This week on From The Vault we contrast today’s political movements with the Free Speech Movement of 1964, an organic occurrence on the Campus of the University of California at Berkeley that was fueled by the same desire to stand up for freedoms protected by the United States Constitution.
On October 1, 1964 former UC Berkeley Graduate Student Kinky Friedman (Jack Weinberg) was arrested for violating new school policy for tabling on school grounds. Weinberg was loaded into the squad car, but before the officer could leave hundreds of students surrounded the vehicle, ultimately using the police car itself as a pulpit, as the Free Speech Movement was launched.
As with most historically significant events, they don’t happen in a vacuum. They evolve from events that preceded them, events that sometimes go unnoticed. As we listen to a segment from the 1979 documentary on the Free Speech Movement, we hear from Bettina Aptheker, one of the original leaders of the movement, reflecting back on the events leading up to the October 1, 1964 student action.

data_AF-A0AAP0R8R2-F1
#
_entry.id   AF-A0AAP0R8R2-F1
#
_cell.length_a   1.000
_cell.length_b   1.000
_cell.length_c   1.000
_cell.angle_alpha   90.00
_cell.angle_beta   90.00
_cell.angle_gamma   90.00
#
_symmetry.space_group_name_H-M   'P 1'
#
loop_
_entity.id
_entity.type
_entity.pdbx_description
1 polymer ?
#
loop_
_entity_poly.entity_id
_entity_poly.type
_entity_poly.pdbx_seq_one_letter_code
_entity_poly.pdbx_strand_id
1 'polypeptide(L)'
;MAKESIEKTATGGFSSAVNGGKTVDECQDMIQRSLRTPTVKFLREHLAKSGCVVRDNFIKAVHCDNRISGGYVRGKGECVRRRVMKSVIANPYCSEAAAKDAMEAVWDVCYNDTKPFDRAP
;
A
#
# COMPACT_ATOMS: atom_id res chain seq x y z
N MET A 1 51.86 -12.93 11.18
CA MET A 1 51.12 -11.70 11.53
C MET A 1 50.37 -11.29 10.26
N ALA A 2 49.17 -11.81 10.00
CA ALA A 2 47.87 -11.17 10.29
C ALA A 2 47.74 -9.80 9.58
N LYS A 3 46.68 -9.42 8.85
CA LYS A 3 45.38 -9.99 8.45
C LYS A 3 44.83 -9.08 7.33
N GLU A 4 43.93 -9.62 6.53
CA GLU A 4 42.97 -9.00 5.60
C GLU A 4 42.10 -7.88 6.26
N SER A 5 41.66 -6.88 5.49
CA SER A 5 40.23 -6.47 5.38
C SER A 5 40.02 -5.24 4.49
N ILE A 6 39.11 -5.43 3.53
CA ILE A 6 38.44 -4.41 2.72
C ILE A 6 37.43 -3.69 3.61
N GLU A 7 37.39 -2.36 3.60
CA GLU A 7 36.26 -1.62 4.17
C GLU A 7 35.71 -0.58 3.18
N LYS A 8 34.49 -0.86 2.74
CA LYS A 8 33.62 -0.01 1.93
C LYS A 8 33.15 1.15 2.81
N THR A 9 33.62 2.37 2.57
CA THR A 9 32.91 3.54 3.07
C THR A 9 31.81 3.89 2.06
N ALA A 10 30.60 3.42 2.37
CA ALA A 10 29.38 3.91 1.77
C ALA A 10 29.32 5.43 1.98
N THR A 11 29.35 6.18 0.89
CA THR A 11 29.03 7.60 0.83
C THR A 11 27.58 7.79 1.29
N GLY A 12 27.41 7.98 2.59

Much of the daily activity of the Free Speech Movement participants was recorded by KPFA reporters, who lugged portable reel-to-reel machines around the city, following the stream of significant events that took place throughout 1964-1965. Gary Handman, Director of the Media Resources Center at the University of California Berkeley Moffit Library, describes the significance of the Pacifica audio recordings.
From the Vault is presented through the Pacifica Radio Archives Preservation and Access Project, funded in part by an award from the National Endowment for the Arts, past grants from the Grammy Foundation, the Ford Foundation, and the American Archive funded by the Corporation for Public Broadcasting, along with the generous support of Pacifica Radio Listeners.
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